A napalm bomb relic from the Greek Civil War, 1946-1949

By Pierre Kosmidis

Photos © Ntinos Mpampakos, submitted to www.ww2wrecks.com and used by permission

Mr. Ntinos Mpampakos29 years old, has shared the photos he has shot, during his numerous visits on the mountains, on the northwestern borders of Greece with Albania, showing the beauty of Nature, but also the relics of War.

Mr. Mpampakos’ friend Antonis Kioutsoukis found a war relic on Vitsi mountain, in northwestern Greece, reminding us of the brutality of warfare.

During the Greek Civil War 1946-49, the Royalist Government forces used napalm incendiary bombs against the Communist Democratic Army bunkers and mountain fortifications in the northwestern Greece theatre of operations, resulting in heavy losses among the defenders.

Hellenic Royal Air Force Spitfires and Helldivers delivered their fiery load on the communist-backed soldiers, inflicting mayhem on them.

A Hellenic Royal Air Force Spitfire is loaded with napalm bombs during the Greek Civil War. Source of photo: Athens War Museum
A Hellenic Royal Air Force Spitfire is loaded with napalm bombs during the Greek Civil War. Source of photo: Athens War Museum

According to a paper by Marine Guillaume, the creation of napalm on 4 July 1942 by Louis Fieser crowned a succession of experiments on the Harvard campus beginning in 1940 under the direction of the National Defense Research Committee.

The purpose of the experiments was to improve the efficiency of incendiary agents that on the eve of World War II, had been ‘banished’ to the ‘periphery’ of US military doctrine. This relegation can be explained by two facts.

Bomb craters from the aerial bombardment are still visible on the mountains, nearly 90 years after the Greek Civil War
Bomb craters from the aerial bombardment are still visible on Vitsi mountain, nearly 90 years after the Greek Civil War

First, for a long time, incendiary weapons represented a major technical challenge, mostly because of the ineluctable trade-off between destruction and precision its users had to face. Second, the development and research on incendiary weapons were neglected, to the advantage of chemical weapons, which were perceived as far more efficient than incendiary weapons, such as flamethrowers. Things changed with the development of napalm.

The remains of the napalm bomb
The remains of the napalm bomb on Vitsi mountain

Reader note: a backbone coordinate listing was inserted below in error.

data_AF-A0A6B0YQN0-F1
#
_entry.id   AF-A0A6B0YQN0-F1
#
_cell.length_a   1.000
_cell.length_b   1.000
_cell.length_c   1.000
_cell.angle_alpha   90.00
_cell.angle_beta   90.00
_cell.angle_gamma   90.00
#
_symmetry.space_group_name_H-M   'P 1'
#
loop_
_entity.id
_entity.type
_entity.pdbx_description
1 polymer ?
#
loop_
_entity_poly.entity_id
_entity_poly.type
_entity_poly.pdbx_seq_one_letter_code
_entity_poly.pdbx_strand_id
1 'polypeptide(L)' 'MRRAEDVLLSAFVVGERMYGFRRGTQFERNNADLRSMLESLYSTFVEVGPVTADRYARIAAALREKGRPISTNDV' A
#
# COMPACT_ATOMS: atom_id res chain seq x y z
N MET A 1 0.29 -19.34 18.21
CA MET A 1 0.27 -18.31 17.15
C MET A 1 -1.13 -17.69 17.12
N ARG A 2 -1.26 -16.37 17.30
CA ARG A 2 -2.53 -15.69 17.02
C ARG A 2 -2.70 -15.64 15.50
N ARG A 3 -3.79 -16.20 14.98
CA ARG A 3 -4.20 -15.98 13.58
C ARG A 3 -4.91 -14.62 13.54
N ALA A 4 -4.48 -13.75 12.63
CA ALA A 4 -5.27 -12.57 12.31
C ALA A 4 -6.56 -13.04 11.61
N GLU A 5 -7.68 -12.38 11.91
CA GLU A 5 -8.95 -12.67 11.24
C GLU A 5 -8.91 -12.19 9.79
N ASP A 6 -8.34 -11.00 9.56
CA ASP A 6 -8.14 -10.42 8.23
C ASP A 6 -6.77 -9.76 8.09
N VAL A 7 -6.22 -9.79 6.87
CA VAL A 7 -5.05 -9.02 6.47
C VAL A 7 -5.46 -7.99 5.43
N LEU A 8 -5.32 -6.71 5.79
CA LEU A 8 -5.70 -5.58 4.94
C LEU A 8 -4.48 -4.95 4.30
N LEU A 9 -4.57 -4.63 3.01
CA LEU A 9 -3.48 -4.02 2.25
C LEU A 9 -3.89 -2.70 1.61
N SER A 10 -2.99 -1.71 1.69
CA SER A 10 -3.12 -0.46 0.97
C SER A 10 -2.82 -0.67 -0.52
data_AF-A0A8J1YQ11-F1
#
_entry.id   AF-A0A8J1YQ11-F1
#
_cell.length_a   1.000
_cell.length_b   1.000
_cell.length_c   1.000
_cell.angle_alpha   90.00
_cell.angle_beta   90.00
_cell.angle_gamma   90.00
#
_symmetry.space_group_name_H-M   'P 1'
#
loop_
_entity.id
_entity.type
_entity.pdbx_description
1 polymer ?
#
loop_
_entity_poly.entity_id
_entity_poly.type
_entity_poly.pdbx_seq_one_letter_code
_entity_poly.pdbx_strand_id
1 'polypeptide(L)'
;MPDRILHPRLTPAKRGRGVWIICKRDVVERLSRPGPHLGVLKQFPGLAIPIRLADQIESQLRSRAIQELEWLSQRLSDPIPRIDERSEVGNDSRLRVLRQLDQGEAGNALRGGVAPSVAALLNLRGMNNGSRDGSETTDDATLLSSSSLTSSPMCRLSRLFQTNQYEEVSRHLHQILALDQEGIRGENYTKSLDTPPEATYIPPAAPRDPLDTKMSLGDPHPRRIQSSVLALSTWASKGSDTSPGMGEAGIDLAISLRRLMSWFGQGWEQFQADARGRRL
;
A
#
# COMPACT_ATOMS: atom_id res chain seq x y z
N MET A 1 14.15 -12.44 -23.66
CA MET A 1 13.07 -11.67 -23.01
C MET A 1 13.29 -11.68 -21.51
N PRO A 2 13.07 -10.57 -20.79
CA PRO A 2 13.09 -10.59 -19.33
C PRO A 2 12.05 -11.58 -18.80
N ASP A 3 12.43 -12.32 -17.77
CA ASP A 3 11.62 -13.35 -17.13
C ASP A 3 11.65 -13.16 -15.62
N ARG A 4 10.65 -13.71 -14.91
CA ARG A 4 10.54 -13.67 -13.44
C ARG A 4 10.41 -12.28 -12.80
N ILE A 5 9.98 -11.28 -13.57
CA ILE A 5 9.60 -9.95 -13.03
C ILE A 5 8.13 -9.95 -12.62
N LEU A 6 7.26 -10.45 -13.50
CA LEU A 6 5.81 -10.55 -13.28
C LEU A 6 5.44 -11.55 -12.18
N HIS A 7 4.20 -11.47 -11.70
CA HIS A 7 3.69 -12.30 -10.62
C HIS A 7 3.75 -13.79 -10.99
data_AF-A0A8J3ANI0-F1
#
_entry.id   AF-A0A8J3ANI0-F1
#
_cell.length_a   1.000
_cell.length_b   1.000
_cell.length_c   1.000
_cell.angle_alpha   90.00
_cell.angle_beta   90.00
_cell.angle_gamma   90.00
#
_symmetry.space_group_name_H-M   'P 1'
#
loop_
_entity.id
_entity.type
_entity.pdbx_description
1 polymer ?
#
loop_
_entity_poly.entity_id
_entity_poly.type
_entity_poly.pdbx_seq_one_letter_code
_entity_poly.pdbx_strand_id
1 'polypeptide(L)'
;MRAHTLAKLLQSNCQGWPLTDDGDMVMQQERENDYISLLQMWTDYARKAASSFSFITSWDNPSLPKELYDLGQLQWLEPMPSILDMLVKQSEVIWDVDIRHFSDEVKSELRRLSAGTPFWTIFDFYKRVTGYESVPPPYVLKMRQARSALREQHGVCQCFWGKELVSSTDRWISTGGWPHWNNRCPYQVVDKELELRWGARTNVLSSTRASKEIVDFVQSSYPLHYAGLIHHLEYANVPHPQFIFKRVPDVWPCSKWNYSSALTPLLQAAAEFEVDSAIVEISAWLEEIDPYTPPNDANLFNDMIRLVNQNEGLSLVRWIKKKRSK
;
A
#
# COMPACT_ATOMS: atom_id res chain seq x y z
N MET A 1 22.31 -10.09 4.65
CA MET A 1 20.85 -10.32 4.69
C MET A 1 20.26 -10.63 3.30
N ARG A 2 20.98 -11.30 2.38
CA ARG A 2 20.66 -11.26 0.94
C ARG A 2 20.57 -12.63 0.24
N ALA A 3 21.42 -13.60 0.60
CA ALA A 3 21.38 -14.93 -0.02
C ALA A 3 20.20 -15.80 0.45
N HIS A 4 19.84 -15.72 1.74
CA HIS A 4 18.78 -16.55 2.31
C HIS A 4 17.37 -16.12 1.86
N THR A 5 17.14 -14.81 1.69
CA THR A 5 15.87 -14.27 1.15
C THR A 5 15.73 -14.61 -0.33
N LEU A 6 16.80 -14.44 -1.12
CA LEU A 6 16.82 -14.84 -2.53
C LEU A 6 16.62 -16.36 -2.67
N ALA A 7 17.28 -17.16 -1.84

Napalm is a specific type of incendiary, a “thickened oil incendiary agent” whose composition and name changed over time (i.e. napalm, napalm B and MK77) and was rapidly recognized as a highly efficient incendiary weapon for three reasons. First, it greatly increased the probability of igniting other inflammable materials in the target area.

Second, napalm has great visco-elasticity, which extends the range of the jet of flaming fuel projected by flamethrowers.

Third, napalm is not self-igniting and therefore can be more easily handled than other incendiary agents. These factors explain why the US military deployed napalm shortly after its creation.

The Battle of Grammos-Vitsi was fought during the Greek Civil War between the country’s National Forces and the communist Democratic Army of Greece.

On August 25, 1949, the national forces consisting of five divisions, one brigade, several infantry support units, tanks and aircraft, launched the final assault against the remaining 12,000 men of the DSE.

The following day, the national forces succeeded in securing Porta Osman – the main passage of the communist fighters into Albania. Faced with the danger of total annihilation, the political leadership of the Communist Party of Greece ordered all its fighters to abandon their positions and flee into Albania through the Bara pass, the last remaining route into that country.

The battle of Grammos-Vitsi ended on August 29, 1949 with the National Army of Greece in full control of the country. The Greek Civil War was for all practical purposes, over.